Stage five of the Absa Cape Epic was described as easy and flat by most people. Looking at the...
April 2, 2008
Stage five of the Absa Cape Epic was described as easy and flat by most people. Looking at the profile cards that they give out to each team, it did indeed look easier than the last two days. Stage five only had 1,850 meters of climbing - down from 2,300 meters. But it was 146km!
Well it was anything but easy. The starts are coming earlier and earlier each day well, not actually, but it seems like it. Plus, there is no such thing as an easy start here at the Epic. Even though today was mostly a downhill start, it can be very nerve-racking riding around on the road with 1,200 mountain bikers. There is always some kind of crash. My friend Allan lost his partner Hillary and he continues to race, but he is obligated to start at the back of the pack. He said it seems liike there are five kilometers of riders. I can't wait to see some of the pictures from the starts.
My legs were not great again at the start. Its hard with absolutely no warm-up and fatigued legs. So, I was suprised to find ourselves riding with Pia and Alison again today [in stage five - ed.]. Jenny seemed to be doing much better than me, but later she said she was in the pain cave as well. There were all these big rollers on a bumpy gravel road. It was pretty hard to just sit in and get the draft. But we managed. We were able to get to the first aid station with a decent group. We are getting much faster at those, which helps to minimize work down the road.
Then to my great surprise, there was some cool mountain biking today [Wednesday - ed.]. We turned off the gravel on to dirt double track. This dirt then turned to sand. I got caught behind a very dramatic crash when a guy did a high-speed sand wobble. His bike bounced two times and he totally taco-ed his wheel. Then another guy banged into me. To make up for it, I made him and his team-mate tow me back to the group.
The sand riding was actually really fun for me. It was a nice change of terrain. And for a change I was riding it pretty easily. I usually am too heavy on the front wheel and end up messing up. Maybe all that sand riding at team camp in Moab helped. Alison got her first flat for the day. She had a sidewall tear, so it wasn't a quick change, but they caught us right before the second feed zone.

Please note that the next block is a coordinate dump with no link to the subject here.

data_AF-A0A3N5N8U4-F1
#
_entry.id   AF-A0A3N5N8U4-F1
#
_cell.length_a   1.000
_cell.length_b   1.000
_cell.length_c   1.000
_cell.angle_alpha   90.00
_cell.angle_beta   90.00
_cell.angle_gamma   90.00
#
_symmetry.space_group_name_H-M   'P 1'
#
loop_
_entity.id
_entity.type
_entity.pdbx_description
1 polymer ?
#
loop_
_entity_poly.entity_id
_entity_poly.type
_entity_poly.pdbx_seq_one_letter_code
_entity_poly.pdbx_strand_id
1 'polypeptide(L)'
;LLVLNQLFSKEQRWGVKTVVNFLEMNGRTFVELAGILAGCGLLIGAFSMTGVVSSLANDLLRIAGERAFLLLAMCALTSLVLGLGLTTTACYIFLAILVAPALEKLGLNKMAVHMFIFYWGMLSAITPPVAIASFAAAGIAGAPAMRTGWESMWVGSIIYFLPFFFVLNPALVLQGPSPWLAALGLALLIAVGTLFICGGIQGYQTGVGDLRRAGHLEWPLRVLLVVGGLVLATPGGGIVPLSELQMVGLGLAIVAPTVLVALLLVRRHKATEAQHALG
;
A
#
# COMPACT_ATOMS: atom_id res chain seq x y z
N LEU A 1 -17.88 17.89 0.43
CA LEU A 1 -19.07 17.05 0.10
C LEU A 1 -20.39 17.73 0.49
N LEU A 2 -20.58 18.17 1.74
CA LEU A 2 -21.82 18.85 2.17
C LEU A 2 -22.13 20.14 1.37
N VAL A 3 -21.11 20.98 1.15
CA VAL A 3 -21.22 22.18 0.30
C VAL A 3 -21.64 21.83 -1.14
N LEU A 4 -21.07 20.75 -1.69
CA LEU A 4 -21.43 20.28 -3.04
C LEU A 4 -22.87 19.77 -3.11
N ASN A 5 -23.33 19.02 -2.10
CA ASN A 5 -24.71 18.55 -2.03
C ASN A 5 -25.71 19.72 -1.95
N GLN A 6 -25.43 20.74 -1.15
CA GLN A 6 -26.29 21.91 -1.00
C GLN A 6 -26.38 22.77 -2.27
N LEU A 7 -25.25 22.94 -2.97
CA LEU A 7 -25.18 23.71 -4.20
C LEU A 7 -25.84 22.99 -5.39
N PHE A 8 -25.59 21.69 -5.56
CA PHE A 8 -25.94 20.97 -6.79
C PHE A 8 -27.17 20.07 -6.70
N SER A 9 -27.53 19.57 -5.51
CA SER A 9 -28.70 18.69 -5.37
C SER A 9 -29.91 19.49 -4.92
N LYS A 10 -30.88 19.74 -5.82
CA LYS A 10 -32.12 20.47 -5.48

The best thing about the sand riding was the view of the ocean. It was so magnificent! Gosh, how I wanted to go for a swim! . Swimming was not on the agenda, though. On the agenda, was hanging on the Rocky Mountain Girls wheels on the rough double track. It was nice riding. The only hard part was that the body was so tenderized that the rough stuff felt like a jackhammer.
Alison got flat number two...that's a bit unlucky. It seems like when you flat once, the chance of flatting again always goes up. We kept our regular pace. Then back out on a miserable gravel road, we wanted to get to the last aid station before them. As I looked back, I rubbed Jenny's wheel and nearly had a bad wreck. A saddle in the butt and a tire scrape on the knee was about it.
We regrouped and dug deep again to stay with the Rocky girls (Rockettes??) Jenny had already died a thousand deaths, but kept digging. 18km from the finish, Alison flatted again. That is really unlucky! So we gave it a go in the wind and went for a stage win. We could feel them breathing down our necks. Did I mention how hard the finishes are here at the Epic? The finishes are brutal. They have massive head winds and are really long.
Anyway, we won the stage [five] by two minutes. That doesn't put a dent in the GC, but we opened the door when opportunity knocked.
Trek-VW Racing Team
Jeremiah Bishop (USA), 32, Harrisonburg, Virginia
Chris Eatough (USA), 33, Oella, Maryland
Sue Haywood (USA), 36, Harrisonburg, Virginia
Jennifer Smith (NZl), 35, Gunnison, Colorado
For the first time, American-based team Trek / VW is sending racers to the internationally reknown Cape Epic mountain bike race in South Africa from March 28 to April 5, 2008. Two men and two women, all four accomplished in various off-road racing disciplines, come together to take on some of the toughest stage racers world-wide. Chris Eatough, who dominates the American 100 mile and 24-hour endurance scene, has partnered with World Cup racer and US Olympic Team contender Jeremiah Bishop while Xterra Off-Road regular Jenny Smith teams up with Sue Haywood, the winner of El Reto Guatemala, TransRockies, and La Ruta de los Conquistadores. All four racers and their team manager will take turns contributing diary entries before and during the event.
- April 10, 2008, 0:00 BST
It's been six days now since the Cape Epic stage race wrapped up in Cape Town, South Africa. I've...
- April 04, 2008, 0:00 BST
Standing amid pre-race music and a predawn marine layer of clouds (before stage seven ) were just...
- April 03, 2008, 0:00 BST
It was a very exciting day for us. Our initial plan to get a good start today and my personal goals...